The Reference : World of music (15): Listening for enjoyment (طباعة)
World of music (15): Listening for enjoyment
آخر تحديث: الجمعة 18/06/2021 07:41 م Ghada Abdelrahim
World of music (15):

Many researchers pointed out that musical games help children speak meaningful words.

This contributes effectively to establishing an important relationship between children and their parents, on the one hand, and between these children and their peers, on the other.

Using music in opening the door for communication is an effective way that leads to the reduction of obstacles that can prevent children from learning functional language skills.

Music therapy, as revealed by several literatures, leads to a decrease in patients' hesitation to speak by 95% to less than 10% approximately in any communicative situation.

Patients' reluctance to speak is one of the most important factors that transform without effective communication in autistic children.

Music therapy develops the language skills of these children and helps them develop language and speech through the following:

  • Training children to play different wind instruments and imitate the various oral motor exercises that can be presented to them at that time in order to strengthen awareness of the lips, tongue, jaws and teeth and use them functionally.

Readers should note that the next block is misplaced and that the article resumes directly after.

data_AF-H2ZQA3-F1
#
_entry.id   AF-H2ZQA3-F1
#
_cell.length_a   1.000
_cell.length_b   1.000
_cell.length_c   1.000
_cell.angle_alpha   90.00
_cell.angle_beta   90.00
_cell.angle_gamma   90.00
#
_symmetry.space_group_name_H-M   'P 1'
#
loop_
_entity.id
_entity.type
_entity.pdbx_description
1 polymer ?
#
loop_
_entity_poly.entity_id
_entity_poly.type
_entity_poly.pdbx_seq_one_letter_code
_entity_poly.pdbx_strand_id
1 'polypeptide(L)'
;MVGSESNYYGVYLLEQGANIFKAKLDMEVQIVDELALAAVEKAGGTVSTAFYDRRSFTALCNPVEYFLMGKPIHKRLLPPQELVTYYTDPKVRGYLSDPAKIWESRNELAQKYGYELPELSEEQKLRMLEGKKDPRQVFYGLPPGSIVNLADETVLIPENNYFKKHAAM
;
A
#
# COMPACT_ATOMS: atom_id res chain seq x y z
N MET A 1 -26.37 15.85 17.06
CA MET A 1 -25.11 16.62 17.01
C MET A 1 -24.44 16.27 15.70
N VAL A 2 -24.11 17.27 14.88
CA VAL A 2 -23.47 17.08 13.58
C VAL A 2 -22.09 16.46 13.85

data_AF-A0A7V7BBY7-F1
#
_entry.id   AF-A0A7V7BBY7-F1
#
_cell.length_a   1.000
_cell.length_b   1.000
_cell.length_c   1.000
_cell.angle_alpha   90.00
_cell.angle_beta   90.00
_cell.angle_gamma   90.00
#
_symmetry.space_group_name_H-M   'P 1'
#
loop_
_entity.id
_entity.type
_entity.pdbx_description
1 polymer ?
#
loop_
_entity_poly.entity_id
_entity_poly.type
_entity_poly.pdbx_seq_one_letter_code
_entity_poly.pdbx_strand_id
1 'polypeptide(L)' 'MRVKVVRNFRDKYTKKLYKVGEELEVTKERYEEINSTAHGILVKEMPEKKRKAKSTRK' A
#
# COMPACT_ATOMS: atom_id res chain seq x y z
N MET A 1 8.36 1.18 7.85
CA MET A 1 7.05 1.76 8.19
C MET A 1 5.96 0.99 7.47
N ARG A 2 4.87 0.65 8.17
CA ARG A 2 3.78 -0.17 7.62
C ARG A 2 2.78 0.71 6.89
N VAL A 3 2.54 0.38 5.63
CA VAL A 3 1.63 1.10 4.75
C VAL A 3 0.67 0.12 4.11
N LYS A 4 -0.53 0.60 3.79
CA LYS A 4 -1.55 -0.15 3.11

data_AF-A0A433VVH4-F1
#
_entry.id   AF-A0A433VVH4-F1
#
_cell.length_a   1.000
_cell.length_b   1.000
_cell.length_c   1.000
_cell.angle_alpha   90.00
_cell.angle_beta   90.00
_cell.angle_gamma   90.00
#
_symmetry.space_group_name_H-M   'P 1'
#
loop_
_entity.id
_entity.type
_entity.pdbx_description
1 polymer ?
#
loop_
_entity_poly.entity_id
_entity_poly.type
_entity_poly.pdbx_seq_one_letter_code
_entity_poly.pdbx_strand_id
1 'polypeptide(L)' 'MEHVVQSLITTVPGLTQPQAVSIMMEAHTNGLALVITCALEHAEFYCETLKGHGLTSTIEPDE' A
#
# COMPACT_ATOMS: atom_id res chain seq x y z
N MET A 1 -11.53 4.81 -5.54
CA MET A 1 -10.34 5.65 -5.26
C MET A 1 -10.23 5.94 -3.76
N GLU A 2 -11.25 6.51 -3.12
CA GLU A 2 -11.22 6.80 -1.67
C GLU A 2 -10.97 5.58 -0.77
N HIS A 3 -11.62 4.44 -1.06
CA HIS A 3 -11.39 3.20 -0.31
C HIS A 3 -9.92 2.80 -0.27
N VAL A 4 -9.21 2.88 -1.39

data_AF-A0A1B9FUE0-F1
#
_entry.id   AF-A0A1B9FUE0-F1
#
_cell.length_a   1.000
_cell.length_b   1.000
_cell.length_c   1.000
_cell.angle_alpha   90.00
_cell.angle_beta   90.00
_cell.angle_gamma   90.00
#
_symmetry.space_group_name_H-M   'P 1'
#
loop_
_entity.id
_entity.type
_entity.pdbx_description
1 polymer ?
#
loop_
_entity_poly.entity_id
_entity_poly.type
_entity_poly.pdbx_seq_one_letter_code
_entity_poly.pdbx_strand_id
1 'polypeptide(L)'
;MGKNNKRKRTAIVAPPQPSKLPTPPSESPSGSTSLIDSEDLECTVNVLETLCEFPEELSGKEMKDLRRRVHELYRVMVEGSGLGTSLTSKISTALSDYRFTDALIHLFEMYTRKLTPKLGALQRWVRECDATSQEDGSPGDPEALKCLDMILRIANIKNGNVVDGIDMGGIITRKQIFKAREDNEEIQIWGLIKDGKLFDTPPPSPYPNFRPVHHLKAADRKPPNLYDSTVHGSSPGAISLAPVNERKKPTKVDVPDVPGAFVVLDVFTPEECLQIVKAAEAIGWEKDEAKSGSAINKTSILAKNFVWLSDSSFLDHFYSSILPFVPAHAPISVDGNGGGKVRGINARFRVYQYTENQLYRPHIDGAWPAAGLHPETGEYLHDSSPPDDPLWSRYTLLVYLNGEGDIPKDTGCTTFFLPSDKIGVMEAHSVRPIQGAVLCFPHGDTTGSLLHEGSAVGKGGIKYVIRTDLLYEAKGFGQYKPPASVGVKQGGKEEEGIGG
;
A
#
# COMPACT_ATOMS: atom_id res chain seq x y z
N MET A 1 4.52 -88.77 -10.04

• Vocalization exercises (singing for both consonants or vowels, individual or group, mixed or regular, and controlling breathing).
  • Tonal words that help the children to acquire and express expressive language.
  • Toned words and sentences and complementing them helps reduce repetition of sick words.

On the other hand, music can encourage children speak and use different languages or vocabulary, which means that it helps them in verbal communication.

Speaking for autistic children is known to range from not talking at all to grunting (making unintelligible sounds), shrieking, explosive cries, and guttural or pharyngeal sounds, hums, or hums.

The speaking aspect of an autistic child is also sickly chanting for speaking, reversing pronouns, as well as non-expressive or uniform words.